Tokyo 2020 organizers have disclosed that plans are being concluded to ensure the Olympics games held in 2021 despite the host city, Tokyo, declaring a state of emergency over COVID-19.
The Japanese Government had last year stayed action on the event after the coronavirus outbreak forced the International Olympic Committee (IOC) and Japan government to postpone Tokyo Olympics earlier scheduled for 2020.
The rescheduled games are set to take place between July 23 and August 8 and the Tokyo 2020 organisers have shown readiness to go ahead with the games amid a spike in the second wave cases of the deadly virus.
Japanese Prime Minister, Yoshihide Suga, said that there was a “sense of crisis” as he announced emergency COVID-19 plans recently.
However, the organisers said that “the declaration of emergency offers an opportunity for Tokyo 2020 to plan for a safe and secure Games this summer.”
“We will proceed with the necessary preparations accordingly,” they added.
Tokyo recorded 2,447 new COVID-19 cases on Thursday and the latest measures primarily target restaurants and bars, which will be asked to stop serving alcohol by 7pm local time and close an hour later.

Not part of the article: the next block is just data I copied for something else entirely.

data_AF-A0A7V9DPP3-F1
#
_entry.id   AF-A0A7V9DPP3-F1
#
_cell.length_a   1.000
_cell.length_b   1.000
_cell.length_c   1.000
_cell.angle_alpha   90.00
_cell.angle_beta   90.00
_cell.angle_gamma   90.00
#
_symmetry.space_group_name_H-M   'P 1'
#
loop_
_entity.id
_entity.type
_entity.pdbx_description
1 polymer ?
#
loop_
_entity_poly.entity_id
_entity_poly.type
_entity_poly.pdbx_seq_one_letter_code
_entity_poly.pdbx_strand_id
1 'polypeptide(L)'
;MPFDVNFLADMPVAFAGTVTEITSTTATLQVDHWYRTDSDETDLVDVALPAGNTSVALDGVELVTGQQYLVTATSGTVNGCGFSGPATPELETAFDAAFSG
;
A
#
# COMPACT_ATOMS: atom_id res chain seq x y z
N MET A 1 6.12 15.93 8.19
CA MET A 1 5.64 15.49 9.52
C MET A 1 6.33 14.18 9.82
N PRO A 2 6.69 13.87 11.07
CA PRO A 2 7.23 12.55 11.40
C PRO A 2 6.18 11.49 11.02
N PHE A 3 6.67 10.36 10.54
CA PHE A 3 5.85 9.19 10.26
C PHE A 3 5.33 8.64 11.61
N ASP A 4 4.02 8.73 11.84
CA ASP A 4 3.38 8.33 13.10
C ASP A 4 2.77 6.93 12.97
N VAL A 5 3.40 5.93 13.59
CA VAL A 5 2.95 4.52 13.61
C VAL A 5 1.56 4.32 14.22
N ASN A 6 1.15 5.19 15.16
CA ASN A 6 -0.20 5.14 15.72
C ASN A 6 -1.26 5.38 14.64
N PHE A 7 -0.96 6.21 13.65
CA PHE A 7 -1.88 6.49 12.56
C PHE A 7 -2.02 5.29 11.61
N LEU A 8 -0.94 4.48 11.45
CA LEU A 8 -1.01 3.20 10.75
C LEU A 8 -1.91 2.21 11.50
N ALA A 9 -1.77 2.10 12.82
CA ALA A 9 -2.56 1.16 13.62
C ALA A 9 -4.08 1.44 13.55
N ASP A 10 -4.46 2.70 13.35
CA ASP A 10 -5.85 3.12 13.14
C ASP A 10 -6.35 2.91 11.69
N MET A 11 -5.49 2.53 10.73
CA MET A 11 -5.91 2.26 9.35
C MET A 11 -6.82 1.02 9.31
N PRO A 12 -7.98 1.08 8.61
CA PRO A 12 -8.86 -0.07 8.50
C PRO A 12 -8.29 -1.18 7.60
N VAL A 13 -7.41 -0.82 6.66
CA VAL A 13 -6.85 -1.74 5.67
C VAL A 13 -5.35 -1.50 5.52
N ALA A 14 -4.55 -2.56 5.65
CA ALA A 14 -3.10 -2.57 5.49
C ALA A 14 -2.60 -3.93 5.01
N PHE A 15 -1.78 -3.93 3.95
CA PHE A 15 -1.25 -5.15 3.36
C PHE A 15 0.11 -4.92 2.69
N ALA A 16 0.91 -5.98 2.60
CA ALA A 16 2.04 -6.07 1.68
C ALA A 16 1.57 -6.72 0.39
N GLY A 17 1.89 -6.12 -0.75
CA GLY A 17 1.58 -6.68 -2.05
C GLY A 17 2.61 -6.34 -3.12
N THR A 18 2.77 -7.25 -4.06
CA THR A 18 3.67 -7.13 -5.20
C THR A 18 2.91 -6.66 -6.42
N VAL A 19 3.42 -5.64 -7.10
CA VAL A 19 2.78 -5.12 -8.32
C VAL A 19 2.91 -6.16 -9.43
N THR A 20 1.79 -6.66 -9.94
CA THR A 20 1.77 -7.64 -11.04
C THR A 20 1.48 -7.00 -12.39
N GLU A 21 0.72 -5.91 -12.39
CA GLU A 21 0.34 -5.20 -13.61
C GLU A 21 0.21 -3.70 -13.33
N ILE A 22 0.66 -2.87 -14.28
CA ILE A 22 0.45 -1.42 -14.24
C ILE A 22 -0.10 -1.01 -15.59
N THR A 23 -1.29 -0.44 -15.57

Costs for the Games have increased by £2.1bn because of measures needed to prevent the spread of coronavirus.
And a recent poll by national broadcaster NHK showed that the majority of the Japanese general public oppose holding the Games in 2021, favouring a further delay or outright cancellation of the event.
The International Olympic Committee said, “The IOC has full confidence in the Japanese authorities and the measures they are taking.
“Together with our Japanese partners, we continue to be fully concentrated and committed to the safe and successful delivery of the Olympic and Paralympic Games Tokyo 2020 this summer.”